Researchers: Directors: Professor Nina Biehal (University of York) and Dr Helen Whincup (University of Stirling).
Research Team: Dr Margaret Grant, Dr Marina Shapira, Jade Hooper, Dr Alison Hennessy (all University of Stirling) and Dr Linda Cusworth (University of Lancaster)
Duration: October 2014 - December 2018
Most children who become looked after away from home return to live with their parents, but some cannot safely return to their families. For the latter group, a key concern is how best to provide them with permanence, broadly defined as stability and emotional security. In this context, the central aim of the Permanently Progressing? study was to explore patterns and outcomes of placement for children who enter care, with a particular focus on children in permanent placements away from home.
The study, a collaboration between the University of York, University of Stirling and the Adoption and Fostering Alliance Scotland (AFA Scotland), investigated histories, pathways and developmental outcomes for children in Scotland who become looked after at the age of five years or under. It employed a range of methods and had five linked components:
Read the final reports and summaries:
Biehal, N., Cusworth, L., Hooper, J., Whincup, H. and Shapira, M. (2019) Pathways to permanence for children who become looked after in Scotland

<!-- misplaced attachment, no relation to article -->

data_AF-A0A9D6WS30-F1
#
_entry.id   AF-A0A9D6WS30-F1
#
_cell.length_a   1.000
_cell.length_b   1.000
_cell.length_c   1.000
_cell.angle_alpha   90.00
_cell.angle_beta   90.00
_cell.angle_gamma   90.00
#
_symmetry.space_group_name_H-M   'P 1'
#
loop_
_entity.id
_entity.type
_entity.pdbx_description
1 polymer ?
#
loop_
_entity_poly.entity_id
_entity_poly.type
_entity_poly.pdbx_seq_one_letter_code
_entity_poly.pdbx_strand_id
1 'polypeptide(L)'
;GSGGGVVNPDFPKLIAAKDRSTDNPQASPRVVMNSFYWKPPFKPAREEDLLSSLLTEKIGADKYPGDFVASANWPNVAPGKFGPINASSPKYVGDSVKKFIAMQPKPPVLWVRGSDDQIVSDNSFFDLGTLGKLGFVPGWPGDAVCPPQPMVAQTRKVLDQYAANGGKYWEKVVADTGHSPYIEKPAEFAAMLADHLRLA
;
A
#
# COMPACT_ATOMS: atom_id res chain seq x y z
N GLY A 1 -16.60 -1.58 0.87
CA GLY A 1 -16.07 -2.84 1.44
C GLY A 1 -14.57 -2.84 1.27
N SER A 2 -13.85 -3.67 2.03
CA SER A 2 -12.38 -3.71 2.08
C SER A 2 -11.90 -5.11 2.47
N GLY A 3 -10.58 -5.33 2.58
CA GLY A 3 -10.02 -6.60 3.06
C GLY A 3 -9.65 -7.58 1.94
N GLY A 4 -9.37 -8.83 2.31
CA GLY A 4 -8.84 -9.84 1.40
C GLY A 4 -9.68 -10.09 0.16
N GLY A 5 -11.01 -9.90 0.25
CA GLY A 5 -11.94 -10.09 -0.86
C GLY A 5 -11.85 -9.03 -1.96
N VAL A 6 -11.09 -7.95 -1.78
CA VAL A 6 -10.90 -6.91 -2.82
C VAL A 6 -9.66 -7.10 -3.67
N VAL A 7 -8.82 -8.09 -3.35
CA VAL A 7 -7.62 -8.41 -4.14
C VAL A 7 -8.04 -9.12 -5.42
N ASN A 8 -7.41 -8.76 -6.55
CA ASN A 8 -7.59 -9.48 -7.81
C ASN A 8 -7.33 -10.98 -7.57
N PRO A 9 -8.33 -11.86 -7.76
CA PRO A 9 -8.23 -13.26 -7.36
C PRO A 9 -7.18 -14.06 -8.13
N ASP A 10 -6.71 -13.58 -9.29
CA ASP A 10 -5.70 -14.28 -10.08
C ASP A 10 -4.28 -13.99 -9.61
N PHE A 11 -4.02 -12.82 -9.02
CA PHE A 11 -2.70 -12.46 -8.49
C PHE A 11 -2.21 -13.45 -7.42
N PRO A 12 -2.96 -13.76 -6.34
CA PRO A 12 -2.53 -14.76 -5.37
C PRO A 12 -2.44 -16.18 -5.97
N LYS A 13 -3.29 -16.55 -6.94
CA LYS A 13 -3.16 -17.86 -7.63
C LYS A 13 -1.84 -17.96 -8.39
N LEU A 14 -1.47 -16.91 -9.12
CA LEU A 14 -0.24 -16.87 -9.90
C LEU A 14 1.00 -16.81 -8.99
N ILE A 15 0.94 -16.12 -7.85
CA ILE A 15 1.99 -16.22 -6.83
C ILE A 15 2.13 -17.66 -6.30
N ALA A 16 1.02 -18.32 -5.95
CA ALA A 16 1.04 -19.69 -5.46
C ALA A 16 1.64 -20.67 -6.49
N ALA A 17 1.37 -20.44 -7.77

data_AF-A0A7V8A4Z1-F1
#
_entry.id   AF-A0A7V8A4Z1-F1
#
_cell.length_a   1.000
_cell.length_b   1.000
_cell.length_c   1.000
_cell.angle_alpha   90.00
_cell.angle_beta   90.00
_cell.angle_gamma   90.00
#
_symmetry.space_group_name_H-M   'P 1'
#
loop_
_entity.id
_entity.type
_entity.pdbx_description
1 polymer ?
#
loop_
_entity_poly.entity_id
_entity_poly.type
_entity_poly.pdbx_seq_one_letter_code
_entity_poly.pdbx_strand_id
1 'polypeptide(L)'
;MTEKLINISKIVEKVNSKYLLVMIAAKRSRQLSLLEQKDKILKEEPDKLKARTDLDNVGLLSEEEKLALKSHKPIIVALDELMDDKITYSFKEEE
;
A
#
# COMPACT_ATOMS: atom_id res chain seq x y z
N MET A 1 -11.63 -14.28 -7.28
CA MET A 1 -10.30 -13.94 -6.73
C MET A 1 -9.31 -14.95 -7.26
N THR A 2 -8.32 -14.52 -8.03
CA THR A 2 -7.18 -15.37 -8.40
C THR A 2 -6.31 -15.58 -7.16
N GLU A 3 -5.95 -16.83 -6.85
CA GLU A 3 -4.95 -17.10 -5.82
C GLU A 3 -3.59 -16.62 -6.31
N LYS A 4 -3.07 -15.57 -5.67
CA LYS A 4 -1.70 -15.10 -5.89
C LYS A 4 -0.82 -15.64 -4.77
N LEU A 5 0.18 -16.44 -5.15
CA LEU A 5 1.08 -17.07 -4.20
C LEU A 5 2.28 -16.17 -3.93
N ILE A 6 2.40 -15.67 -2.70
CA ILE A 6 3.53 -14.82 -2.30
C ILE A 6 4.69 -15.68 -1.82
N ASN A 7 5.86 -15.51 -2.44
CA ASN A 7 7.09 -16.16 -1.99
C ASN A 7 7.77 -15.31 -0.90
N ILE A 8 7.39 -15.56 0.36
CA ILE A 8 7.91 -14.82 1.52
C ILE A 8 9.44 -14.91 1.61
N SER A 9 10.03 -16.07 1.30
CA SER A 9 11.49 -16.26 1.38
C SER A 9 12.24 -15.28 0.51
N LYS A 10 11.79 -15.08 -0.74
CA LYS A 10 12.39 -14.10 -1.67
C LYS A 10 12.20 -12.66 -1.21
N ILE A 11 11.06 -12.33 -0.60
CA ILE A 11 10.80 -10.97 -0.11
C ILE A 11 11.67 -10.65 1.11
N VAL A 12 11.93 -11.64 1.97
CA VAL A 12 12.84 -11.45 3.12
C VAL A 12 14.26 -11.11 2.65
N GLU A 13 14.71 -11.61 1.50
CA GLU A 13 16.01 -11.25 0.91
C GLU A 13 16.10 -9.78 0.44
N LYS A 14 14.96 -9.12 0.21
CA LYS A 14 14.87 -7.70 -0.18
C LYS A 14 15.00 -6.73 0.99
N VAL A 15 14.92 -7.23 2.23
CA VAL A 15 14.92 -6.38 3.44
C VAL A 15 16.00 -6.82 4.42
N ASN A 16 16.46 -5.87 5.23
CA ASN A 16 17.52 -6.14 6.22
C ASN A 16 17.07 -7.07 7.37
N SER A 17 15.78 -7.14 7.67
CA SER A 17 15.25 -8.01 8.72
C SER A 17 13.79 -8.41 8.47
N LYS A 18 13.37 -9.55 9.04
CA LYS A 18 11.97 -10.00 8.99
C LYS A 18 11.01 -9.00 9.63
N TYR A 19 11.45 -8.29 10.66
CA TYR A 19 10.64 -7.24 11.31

Cusworth, L., Biehal, N., Whincup, H., Grant, M., Hennessy, A. (2019) Children looked after away from home aged five and under in Scotland: experiences, pathways and outcomes
Whincup. H., Grant, M., Burgess, C., Biehal, N. (2019) Decision making for children
Children, carers and adopters
Grant, M., Whincup, H., Burgess, C. (2019) Perspectives on kinship care, foster care and adoption: the voices of children, carers and adoptive parents
Hooper, J., Cusworth, L., Whincup, H. (2019) Linking two administrative datasets about looked after children: testing feasibility and enhancing understanding
Information sheet for children and audio file
Project update and research team
The study built on previous University of York studies of fostering and adoption, including the Belonging and Permanence study.
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